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to do;

men.

philosophies, of the solid literature which dous web of human life, so wonderful in discourses on life, and the imaginative its pattern, so mysterious in its convoluliterature which attempts to pourtray it. tions, and of which—most solemn

It were idle to reason how the thing thought of all-warp, woof and loom, has come about; but, undeniably, the are in the hands of the Maker of the modern novel is one of the most impor- universe alone. tant moral agents of the community. Yet this the true novel-writer essays The essayist may write for his hundreds;

and he has a right to do it. the preacher preach to his thousands ; He is justified in weaving his imabut the novelist counts his audience ginary web side by side with that by millions. His power is three- which he sees perpetually and invisibly fold-over heart, reason, and fancy. woven around him, of which he has The orator we hear eagerly, but as his deeply studied the apparent plan, so as voice fades from us its lessons depart: to see the under threads that guide the the moral philosopher we read and di- pattern, keener perhaps than other gest, by degrees, in a serious, ponderous

He has learned to deduce motives way: but the really good writer of from actions, and to evolve actions fiction takes us altogether by storm. from motives : he has seen that from Young and old, grave and gay, learned certain characters (and in a less degree or imaginative, who of us is safe from certain circumstances) such and such his influence? He creeps innocently on results, which appear accidental, become our family-table in the shapes of those in reality as inevitable as the laws which three well-thumbed library volumes— govern the world. Laws physical and sits for days after, invisibly at our fire- moral, with which no Deus ex machina side, a provocative of incessant discus- can interfere, else the whole working of sion : slowly but surely, either by admi- the universe would be disturbed. ration or aversion, his opinions, ideas, Enough has been said, we trust, to feelings, impress themselves upon us, indicate the serious position held by which impression remains long after we what used to be thought “a mere wrihave come to that age, if we ever reach ter of fiction." Fiction forsooth ! It is it, which all good angels forbid ! when at the core of all the truths of this we “don't read novels."

world ; for it is the truth of life itself. The amount of new thoughts scattered He who dares to reproduce it is a Probroadcastover society within one month of metheus who has stolen celestial fire : the appearance of a really popular novel, let him beware that he uses it for the the innumerable discussions it creates, benefit of his fellow-mortals. Otherand the general influence which it exer- wise one can imagine no vulture fiercer cises in the public mind, form one of the an remorse which would gnaw most remarkable facts of our day. For the heart of such a writer, on the clearthe novelist has ceased to be a mere visioned mountain-top of life's ending, story-teller or romancist.

He—we use

if he began to suspect he had written a the superior pronoun in a general sense, book which would live after him to the even as an author should be dealt with

irremediable injury of the world. as a neutral being, to be judged solely by We do not refer to impure or immoral “its” work,-he buckles to his task in books. There can be but one opinion solemn earnest. For what is it to “write concerning them—away with them to a novel ?” Something which the multi- the Gehenna from which they come. tude of young contributors to magazines, We speak of those works, blameless in or young people who happen to have plan and execution, yet which fall short nothing to do but weave stories, little -as great works only can—of the dream of. If they did, how they would highest ideal: the moral ideal, for which, shrink from the awfulness of what they beyond any intellectual perfection, a have taken into their innocent, foolish great author ought to strive. For he is hands; even a piece out of the tremen- not like other men, or other writers.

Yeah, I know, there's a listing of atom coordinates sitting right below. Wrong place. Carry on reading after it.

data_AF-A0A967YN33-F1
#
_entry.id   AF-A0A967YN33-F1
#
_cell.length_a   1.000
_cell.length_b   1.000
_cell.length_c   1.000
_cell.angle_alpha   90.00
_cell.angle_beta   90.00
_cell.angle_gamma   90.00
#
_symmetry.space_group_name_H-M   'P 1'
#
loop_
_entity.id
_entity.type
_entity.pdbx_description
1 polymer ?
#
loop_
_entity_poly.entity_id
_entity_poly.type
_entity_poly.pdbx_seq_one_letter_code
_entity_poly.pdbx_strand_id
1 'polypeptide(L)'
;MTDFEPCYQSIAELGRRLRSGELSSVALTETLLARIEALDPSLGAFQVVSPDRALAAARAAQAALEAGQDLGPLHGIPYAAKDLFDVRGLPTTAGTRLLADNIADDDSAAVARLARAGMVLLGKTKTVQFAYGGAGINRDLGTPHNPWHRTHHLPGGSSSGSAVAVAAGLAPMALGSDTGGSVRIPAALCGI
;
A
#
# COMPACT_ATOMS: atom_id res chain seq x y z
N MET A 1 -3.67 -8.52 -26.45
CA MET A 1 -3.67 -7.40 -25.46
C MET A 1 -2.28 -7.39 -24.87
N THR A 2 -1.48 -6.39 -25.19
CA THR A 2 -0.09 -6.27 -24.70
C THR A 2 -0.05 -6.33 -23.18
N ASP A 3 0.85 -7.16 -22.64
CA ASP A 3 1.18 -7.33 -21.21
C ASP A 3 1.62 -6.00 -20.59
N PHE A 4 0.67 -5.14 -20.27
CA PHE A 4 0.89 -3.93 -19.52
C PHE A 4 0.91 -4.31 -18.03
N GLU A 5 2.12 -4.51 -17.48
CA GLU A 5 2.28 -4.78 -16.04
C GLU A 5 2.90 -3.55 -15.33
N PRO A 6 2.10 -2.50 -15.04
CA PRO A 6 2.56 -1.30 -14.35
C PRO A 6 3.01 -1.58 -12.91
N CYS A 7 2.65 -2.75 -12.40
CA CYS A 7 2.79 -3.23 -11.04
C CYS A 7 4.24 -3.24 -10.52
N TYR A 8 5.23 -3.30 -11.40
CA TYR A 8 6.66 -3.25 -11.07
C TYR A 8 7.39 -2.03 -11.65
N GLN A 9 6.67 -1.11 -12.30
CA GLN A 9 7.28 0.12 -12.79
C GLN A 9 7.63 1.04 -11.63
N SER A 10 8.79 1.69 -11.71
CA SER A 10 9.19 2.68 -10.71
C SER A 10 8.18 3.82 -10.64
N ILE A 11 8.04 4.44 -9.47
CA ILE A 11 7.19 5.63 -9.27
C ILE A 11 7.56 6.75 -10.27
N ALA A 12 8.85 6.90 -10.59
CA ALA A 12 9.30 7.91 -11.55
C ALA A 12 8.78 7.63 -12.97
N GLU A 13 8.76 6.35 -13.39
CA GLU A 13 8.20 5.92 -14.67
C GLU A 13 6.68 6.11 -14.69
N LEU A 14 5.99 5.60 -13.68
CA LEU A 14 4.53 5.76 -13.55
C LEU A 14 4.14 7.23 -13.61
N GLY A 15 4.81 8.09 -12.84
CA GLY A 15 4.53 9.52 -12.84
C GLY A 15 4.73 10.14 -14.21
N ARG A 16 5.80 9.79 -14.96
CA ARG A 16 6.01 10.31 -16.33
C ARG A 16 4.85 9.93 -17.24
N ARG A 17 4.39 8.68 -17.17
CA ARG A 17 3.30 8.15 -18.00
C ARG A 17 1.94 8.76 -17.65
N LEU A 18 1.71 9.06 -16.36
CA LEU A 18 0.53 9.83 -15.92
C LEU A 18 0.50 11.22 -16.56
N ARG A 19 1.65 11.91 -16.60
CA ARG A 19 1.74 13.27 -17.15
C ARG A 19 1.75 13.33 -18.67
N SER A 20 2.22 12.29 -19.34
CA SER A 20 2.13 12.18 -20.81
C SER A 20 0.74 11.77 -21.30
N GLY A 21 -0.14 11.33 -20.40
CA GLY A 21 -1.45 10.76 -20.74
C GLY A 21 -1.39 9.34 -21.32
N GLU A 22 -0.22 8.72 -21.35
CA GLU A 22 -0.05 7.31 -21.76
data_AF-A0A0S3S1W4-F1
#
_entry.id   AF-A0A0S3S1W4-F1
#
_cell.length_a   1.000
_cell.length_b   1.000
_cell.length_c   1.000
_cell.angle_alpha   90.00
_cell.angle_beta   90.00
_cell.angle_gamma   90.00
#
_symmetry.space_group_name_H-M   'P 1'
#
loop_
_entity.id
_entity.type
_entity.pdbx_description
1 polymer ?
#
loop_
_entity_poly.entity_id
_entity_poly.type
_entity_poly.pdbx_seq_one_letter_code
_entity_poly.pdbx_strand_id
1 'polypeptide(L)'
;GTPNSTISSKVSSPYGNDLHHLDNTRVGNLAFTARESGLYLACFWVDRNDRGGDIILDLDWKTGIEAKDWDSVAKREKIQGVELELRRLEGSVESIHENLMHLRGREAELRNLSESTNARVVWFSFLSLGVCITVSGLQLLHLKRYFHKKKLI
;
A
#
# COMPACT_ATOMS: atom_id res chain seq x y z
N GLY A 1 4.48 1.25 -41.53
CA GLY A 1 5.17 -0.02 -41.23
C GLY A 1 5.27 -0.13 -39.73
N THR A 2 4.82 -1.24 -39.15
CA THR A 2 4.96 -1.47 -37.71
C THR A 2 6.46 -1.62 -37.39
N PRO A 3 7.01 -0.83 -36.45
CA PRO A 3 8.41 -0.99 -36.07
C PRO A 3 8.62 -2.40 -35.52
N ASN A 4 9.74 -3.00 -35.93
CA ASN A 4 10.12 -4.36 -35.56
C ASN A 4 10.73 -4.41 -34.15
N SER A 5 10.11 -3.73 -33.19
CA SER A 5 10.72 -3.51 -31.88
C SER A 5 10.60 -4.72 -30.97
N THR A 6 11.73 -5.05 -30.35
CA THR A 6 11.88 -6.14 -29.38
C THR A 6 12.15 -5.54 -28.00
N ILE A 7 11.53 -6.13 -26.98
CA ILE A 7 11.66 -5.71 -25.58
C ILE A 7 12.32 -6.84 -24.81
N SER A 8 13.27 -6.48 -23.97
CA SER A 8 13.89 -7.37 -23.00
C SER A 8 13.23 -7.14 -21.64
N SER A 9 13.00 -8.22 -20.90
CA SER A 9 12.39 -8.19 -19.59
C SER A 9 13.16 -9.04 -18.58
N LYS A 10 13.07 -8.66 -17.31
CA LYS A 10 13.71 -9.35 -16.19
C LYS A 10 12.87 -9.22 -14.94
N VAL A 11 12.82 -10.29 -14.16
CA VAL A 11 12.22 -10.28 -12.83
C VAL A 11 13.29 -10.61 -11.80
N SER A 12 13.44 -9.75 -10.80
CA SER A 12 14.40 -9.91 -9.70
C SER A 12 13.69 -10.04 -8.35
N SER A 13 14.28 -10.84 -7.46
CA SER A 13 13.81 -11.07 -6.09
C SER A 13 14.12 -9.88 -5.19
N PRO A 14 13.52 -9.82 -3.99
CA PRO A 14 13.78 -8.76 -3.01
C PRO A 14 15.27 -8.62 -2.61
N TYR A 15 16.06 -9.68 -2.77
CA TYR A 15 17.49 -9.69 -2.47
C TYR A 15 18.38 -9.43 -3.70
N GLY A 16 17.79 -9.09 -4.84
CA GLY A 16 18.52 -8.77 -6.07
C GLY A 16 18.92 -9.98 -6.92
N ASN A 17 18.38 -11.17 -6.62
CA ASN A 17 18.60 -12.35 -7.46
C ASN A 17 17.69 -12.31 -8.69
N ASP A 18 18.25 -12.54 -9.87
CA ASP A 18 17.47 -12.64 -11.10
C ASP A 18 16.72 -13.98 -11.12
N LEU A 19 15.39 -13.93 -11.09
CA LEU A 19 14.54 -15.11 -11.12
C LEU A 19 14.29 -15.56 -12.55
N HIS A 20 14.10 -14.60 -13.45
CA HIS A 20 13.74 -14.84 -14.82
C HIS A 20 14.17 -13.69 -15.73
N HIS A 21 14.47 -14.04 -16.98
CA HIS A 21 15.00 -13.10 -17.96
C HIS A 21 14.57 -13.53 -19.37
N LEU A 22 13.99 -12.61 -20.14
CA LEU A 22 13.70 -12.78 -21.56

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His very power makes him the more and exacts, and here undoubtedly finds. dangerous. His uncertainties, however Ours is more an appeal than a criticisni small, shake to their ruin hundreds of -an appeal which any one of an audilesser minds, and

ence has a right to make, if he thinks

he sees what the speaker, in the midst “When he falls, he falls like Lucifer, of all his eloquence, does not see“ Never to rise again.”

“The little pitted speck in garnered If a mountebank at a fair mouths his fruit, antics of folly or foulness, we laugh, or "That, rotting inward, slowly moulpass by-he is but a mountebank: he ders all.” can do little harm : but when a hierophant connives at a false miracle, or Of “The Mill on the Floss,” in a an eloquent, sincere apostle goes about literary point of view, there can be preaching a bewildering lie, we shrink, but one opinion—that, as a work of' we grieve, we tremble. By and by, art, it is as perfect as the novel we take courage openly to denounce, can well be made : superior even to not the teacher but the teaching.

“You

“ Adam Bede.” For the impression are an earnest man-doubtless, a true it gives of power, evenly cultivated and man—but your doctrine is not true. clear sighted, the power of creation, We, who cannot speak, but only feel- amalgamating real materials into a forewe feel that it is not true.

planned ideal scheme; the power of treading dangerous ground. You have selection, able to distinguish at once raised a ghost you cannot lay, you have the fit and the unfit, choosing the thrown down a city which you cannot one and rejecting the other, so as to rebuild. You are the very Prometheus, make every part not only complete as to carrying the stolen fire. See that it does itself, but as to its relation with a wellnot slip from your unwary hands, and go

balanced whole--the “Mill on the Floss" blasting and devastating the world." is one of the finest imaginative works in

Thoughts somewhat like these must our language. In its diction, too : how have passed through the mind of many magnificently rolls on that noble Saxon a reader of a novel, the readers of which English-terse and clear, yet infinitely have been millions. Probably the whole harmonious, keeping in its most simple history of fiction does not present an in- common-place flow a certain majesty and stance of two such remarkable books fol- solemnity which reminds one involuntalowing one another within so short a rily of the deep waters of the Floss. time as “Adam Bede,” and “ The Mill The fatal Floss, which runs through the on the Floss." All the world has read whole story like a Greek fate or a Gothic them; and though some may prefer one, destiny-ay, from the very second chapand some the other, and, in a moral